Battered Pakistan fold on day one
Review of the day
Andrew Strauss laughed knowingly on the eve of the Test when asked if he was learning whose judgment he could trust in matters of UDRS referrals, and whose he could not. On the evidence of the day's first over, Strauss had presumably bracketed James Anderson in the former category, seeing as he agreed to take a second view of a somewhat speculative lbw appeal from only the second ball of the day. In fairness, it pitched in line and only just skimmed over the top of middle stump, but given that the onfield decision would have stood in the event of a borderline verdict, it was still a bit of a waste.
Review of the day Mk 2
Talking of which, Strauss himself had an unfortunate brush with the big screen when his own turn came to bat later in the day. He had moved along to 25, the highest score at the time on another crazy day, when Amir zipped a full-length delivery back towards his body and through to the keeper amid a blur of deflections. England's captain stood his ground, albeit somewhat sheepishly, as Zulqarnain Haider - showing impressive judgment for a debutant with a first-ball duck to his name - insisted on using a review. Sure enough, the ball had clearly jagged off Strauss's gloves on its way past his body, and he was sent on his way to a mild ripple of admonition.
Debutant of the day
That moment aside, the most memorable day of Zulqarnain's life soon ended up as one he'd prefer to forget. Shortly before lunch he snicked an off-stump delivery from Broad to become the 55th batsman to make a golden duck in their first Test innings, and in the evening session he dropped a leg-side catch off Kevin Pietersen that was the exact replica of the only thing that his predecessor behind the stumps, Kamran Akmal, had got right in the course of his shocking match at Trent Bridge. Then as now, the bowler was Umar Gul, who zipped one off the seam to find the inside edge. But where Kamran clung on, Haider made a hash.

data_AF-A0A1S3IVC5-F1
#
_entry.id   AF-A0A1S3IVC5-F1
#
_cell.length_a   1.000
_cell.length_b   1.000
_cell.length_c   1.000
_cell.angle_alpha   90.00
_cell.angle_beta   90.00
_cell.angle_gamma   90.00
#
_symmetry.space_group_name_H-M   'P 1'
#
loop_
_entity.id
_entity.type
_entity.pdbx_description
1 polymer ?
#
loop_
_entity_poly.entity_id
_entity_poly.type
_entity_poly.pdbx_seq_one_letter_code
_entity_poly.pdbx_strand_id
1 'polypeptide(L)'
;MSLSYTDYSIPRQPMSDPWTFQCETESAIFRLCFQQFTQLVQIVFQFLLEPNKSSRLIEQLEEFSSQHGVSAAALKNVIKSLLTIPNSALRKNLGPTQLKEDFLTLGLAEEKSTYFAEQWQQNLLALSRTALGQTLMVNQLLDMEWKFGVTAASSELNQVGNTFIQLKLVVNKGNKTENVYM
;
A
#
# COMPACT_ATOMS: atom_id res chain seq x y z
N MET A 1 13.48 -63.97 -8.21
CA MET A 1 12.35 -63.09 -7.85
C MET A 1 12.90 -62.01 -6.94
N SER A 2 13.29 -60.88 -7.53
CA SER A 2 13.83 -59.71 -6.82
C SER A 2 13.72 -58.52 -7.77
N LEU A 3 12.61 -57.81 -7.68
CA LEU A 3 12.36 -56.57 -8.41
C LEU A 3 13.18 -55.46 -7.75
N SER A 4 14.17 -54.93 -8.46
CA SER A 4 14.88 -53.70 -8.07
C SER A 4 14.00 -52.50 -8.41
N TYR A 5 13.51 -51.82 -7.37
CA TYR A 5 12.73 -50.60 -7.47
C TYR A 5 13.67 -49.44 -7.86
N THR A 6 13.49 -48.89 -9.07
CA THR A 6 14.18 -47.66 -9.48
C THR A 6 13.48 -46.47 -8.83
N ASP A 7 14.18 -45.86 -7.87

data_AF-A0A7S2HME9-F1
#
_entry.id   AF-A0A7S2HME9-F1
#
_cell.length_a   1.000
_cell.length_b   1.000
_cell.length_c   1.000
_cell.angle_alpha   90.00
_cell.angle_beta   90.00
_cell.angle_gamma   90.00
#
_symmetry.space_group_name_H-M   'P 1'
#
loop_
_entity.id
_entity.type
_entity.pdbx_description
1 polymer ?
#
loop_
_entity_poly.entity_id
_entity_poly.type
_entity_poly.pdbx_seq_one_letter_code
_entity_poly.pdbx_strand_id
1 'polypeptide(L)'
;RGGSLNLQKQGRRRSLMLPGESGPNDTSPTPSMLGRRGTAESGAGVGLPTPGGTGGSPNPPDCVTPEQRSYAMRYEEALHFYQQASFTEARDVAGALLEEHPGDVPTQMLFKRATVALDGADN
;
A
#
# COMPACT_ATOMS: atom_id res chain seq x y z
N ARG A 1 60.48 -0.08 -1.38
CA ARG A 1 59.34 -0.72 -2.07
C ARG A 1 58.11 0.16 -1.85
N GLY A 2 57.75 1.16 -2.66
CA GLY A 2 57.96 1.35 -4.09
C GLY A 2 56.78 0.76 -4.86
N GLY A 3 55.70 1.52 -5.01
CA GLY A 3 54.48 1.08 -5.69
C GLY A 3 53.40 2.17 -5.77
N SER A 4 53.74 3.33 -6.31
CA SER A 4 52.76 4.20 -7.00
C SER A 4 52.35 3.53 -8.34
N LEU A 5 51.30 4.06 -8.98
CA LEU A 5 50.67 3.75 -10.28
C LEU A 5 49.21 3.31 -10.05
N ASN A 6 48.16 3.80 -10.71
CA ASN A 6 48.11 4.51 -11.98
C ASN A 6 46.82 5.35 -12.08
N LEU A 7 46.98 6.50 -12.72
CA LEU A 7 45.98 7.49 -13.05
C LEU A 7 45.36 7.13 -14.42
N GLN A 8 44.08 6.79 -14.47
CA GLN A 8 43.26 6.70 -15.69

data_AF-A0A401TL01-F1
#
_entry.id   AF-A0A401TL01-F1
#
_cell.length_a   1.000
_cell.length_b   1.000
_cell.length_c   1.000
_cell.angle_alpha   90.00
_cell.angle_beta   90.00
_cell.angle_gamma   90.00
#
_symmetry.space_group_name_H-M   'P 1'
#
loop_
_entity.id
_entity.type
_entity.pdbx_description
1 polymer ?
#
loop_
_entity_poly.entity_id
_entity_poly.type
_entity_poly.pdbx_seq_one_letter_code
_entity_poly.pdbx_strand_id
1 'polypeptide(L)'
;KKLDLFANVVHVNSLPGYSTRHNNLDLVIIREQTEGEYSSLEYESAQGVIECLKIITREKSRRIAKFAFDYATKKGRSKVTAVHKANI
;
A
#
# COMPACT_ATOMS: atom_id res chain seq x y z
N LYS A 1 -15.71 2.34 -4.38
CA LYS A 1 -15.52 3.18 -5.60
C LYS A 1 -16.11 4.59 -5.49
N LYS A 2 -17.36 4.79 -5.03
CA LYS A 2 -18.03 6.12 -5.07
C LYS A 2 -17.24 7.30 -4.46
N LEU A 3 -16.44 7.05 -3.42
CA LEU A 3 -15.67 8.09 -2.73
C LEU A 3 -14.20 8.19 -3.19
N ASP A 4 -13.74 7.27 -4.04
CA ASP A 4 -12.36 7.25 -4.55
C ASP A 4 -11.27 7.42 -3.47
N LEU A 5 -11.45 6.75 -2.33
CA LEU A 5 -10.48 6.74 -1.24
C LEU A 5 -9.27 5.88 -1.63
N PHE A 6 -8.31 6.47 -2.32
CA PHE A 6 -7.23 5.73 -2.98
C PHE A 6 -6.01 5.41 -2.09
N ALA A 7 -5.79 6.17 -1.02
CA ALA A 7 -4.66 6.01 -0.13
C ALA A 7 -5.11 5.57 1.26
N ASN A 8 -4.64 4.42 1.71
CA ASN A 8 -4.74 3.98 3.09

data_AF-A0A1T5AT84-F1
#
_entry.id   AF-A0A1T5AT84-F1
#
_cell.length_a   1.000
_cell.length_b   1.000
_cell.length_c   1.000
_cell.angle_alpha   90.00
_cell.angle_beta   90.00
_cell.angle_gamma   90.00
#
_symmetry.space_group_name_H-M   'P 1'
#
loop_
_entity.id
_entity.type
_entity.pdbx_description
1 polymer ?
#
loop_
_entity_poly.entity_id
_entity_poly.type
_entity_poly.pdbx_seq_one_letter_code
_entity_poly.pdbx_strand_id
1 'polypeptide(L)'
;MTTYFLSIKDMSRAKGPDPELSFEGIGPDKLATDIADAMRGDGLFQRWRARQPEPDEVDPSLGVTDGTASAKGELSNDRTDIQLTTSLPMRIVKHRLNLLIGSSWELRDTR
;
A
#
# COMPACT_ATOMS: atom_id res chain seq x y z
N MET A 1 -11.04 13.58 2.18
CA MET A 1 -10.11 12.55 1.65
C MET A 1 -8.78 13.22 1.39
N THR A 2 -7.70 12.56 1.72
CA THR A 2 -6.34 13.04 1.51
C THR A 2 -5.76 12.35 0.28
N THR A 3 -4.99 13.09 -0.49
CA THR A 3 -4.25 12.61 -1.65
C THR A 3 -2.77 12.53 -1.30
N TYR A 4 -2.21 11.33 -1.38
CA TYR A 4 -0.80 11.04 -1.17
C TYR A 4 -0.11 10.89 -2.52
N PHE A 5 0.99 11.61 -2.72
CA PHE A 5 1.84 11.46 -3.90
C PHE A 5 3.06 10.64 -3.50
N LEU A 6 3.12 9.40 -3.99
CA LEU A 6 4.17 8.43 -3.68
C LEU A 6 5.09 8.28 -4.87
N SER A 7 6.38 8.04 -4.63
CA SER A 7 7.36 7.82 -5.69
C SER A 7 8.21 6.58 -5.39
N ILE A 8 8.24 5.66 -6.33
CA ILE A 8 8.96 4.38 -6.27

Comeuppance of the day
After a flawless performance from the cordon at Trent Bridge, Graeme Swann - aka Mr Second Slip - had a premonition of events to come. "It was the worst possible start we could have done," he said during the build-up to the second Test, "because now everyone thinks were are going to catch everything!" Lo and behold, who should bring an end to their 100% series record than Swann, who was fooled by a Stuart Broad delivery that squared up Umar Amin and squirted off a leading edge straight into his midriff ... and out again. One ball later, Amin edged once again, but this time for four as the ball looped clear over the cordon's head.
Clanger of the day
At least Swann could say that his let-off wasn't costly, as Pakistan were already six-down at the time, and the reprieved Amin was dismissed four overs later. Imran Farhat, on the other hand, had fewer reasons to be exonerated. Not only were his bowlers busting a gut to keep their team in the game, having extracted both openers on 44, and created this next opportunity 10 runs later, but he had committed a near-identical sin at Trent Bridge last week, when he dropped England's centurion, Eoin Morgan, early on the second day. This time the sinned-against bowler was Asif, who did well not to lamp his team-mate in his follow-through, as a regulation nick went to ground at first slip.
Shot of the day
Umar Akmal does not believe in waiting for the ball. He believes there is no ball that is unplayable. Already he had picked off six runs including a clipped four off the first two balls he faced. So when Broad pitched full but on an unthreatening length slightly outside leg stump, Umar used his strong and supple wrists to flick it over deep square-leg for a surprising six, half an hour before the lunch break. It was an aberration in an otherwise perfect nose-dive of an innings, as he soon ended up as part of Pakistan's lunchtime scoreline of 37 for 6.
Run-rate of the day
Until Akmal arrived to apply a relative measure of humpty to the innings, Pakistan had limped along to 12 runs for three wickets in 14.2 overs. England, by contrast had no such agonies when their chance came soon after lunch. By the time Andrew Strauss and Alastair Cook had picked off a boundary apiece in the first over of Mohammad Amir's reply, they had scored more runs, 9, in four deliveries than Pakistan had managed in 10 overs. Their eventual total of 72 was their joint fourth-lowest total in Tests, and the second time in a week that they had improved on their worst effort against England.
Andrew Miller is UK editor of Cricinfo.